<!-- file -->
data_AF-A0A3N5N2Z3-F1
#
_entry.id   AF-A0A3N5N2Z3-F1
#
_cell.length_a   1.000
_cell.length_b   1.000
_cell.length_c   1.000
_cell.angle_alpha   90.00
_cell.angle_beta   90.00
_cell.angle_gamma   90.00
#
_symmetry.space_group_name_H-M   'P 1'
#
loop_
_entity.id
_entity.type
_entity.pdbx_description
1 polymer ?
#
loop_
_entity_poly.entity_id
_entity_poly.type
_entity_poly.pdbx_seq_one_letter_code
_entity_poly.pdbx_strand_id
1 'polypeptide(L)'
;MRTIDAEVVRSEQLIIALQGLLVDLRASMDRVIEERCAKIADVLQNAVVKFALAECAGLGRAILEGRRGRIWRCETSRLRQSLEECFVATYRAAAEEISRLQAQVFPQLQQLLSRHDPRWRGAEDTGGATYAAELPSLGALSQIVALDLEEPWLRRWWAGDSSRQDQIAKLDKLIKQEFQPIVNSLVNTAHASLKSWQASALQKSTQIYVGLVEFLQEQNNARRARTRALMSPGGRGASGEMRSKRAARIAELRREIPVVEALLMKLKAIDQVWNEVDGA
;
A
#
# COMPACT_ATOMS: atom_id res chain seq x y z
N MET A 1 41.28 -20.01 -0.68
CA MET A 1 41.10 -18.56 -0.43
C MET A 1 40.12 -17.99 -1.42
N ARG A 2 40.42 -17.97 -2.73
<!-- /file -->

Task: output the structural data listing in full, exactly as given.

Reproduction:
data_AF-A0A3N5N2Z3-F1
#
_entry.id   AF-A0A3N5N2Z3-F1
#
_cell.length_a   1.000
_cell.length_b   1.000
_cell.length_c   1.000
_cell.angle_alpha   90.00
_cell.angle_beta   90.00
_cell.angle_gamma   90.00
#
_symmetry.space_group_name_H-M   'P 1'
#
loop_
_entity.id
_entity.type
_entity.pdbx_description
1 polymer ?
#
loop_
_entity_poly.entity_id
_entity_poly.type
_entity_poly.pdbx_seq_one_letter_code
_entity_poly.pdbx_strand_id
1 'polypeptide(L)'
;MRTIDAEVVRSEQLIIALQGLLVDLRASMDRVIEERCAKIADVLQNAVVKFALAECAGLGRAILEGRRGRIWRCETSRLRQSLEECFVATYRAAAEEISRLQAQVFPQLQQLLSRHDPRWRGAEDTGGATYAAELPSLGALSQIVALDLEEPWLRRWWAGDSSRQDQIAKLDKLIKQEFQPIVNSLVNTAHASLKSWQASALQKSTQIYVGLVEFLQEQNNARRARTRALMSPGGRGASGEMRSKRAARIAELRREIPVVEALLMKLKAIDQVWNEVDGA
;
A
#
# COMPACT_ATOMS: atom_id res chain seq x y z
N MET A 1 41.28 -20.01 -0.68
CA MET A 1 41.10 -18.56 -0.43
C MET A 1 40.12 -17.99 -1.42
N ARG A 2 40.42 -17.97 -2.73